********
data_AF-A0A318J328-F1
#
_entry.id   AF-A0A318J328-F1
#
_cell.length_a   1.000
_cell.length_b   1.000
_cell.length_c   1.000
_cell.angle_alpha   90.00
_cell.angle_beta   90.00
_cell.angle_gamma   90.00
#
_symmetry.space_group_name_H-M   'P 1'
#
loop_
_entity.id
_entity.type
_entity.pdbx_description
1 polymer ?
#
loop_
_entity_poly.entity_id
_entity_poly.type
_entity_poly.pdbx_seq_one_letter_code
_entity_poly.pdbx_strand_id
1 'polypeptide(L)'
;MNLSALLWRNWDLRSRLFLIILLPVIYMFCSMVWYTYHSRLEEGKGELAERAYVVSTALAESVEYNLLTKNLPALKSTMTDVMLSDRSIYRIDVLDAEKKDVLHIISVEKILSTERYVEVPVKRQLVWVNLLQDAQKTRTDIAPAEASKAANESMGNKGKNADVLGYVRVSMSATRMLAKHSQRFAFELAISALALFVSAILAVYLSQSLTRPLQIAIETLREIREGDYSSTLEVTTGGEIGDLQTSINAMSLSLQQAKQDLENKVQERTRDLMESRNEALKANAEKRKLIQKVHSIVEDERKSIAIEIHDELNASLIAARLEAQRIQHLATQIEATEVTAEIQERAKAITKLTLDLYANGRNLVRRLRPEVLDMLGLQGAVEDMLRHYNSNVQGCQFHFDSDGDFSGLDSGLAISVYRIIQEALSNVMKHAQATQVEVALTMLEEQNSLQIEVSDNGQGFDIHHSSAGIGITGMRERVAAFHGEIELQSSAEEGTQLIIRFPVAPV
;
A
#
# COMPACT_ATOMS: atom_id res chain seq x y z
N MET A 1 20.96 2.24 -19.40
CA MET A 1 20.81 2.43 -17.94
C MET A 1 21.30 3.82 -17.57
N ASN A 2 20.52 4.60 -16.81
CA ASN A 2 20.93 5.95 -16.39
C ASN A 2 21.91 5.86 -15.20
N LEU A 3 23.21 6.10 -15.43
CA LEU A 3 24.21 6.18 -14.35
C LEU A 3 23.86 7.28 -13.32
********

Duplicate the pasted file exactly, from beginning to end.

data_AF-A0A318J328-F1
#
_entry.id   AF-A0A318J328-F1
#
_cell.length_a   1.000
_cell.length_b   1.000
_cell.length_c   1.000
_cell.angle_alpha   90.00
_cell.angle_beta   90.00
_cell.angle_gamma   90.00
#
_symmetry.space_group_name_H-M   'P 1'
#
loop_
_entity.id
_entity.type
_entity.pdbx_description
1 polymer ?
#
loop_
_entity_poly.entity_id
_entity_poly.type
_entity_poly.pdbx_seq_one_letter_code
_entity_poly.pdbx_strand_id
1 'polypeptide(L)'
;MNLSALLWRNWDLRSRLFLIILLPVIYMFCSMVWYTYHSRLEEGKGELAERAYVVSTALAESVEYNLLTKNLPALKSTMTDVMLSDRSIYRIDVLDAEKKDVLHIISVEKILSTERYVEVPVKRQLVWVNLLQDAQKTRTDIAPAEASKAANESMGNKGKNADVLGYVRVSMSATRMLAKHSQRFAFELAISALALFVSAILAVYLSQSLTRPLQIAIETLREIREGDYSSTLEVTTGGEIGDLQTSINAMSLSLQQAKQDLENKVQERTRDLMESRNEALKANAEKRKLIQKVHSIVEDERKSIAIEIHDELNASLIAARLEAQRIQHLATQIEATEVTAEIQERAKAITKLTLDLYANGRNLVRRLRPEVLDMLGLQGAVEDMLRHYNSNVQGCQFHFDSDGDFSGLDSGLAISVYRIIQEALSNVMKHAQATQVEVALTMLEEQNSLQIEVSDNGQGFDIHHSSAGIGITGMRERVAAFHGEIELQSSAEEGTQLIIRFPVAPV
;
A
#
# COMPACT_ATOMS: atom_id res chain seq x y z
N MET A 1 20.96 2.24 -19.40
CA MET A 1 20.81 2.43 -17.94
C MET A 1 21.30 3.82 -17.57
N ASN A 2 20.52 4.60 -16.81
CA ASN A 2 20.93 5.95 -16.39
C ASN A 2 21.91 5.86 -15.20
N LEU A 3 23.21 6.10 -15.43
CA LEU A 3 24.21 6.18 -14.35
C LEU A 3 23.86 7.28 -13.32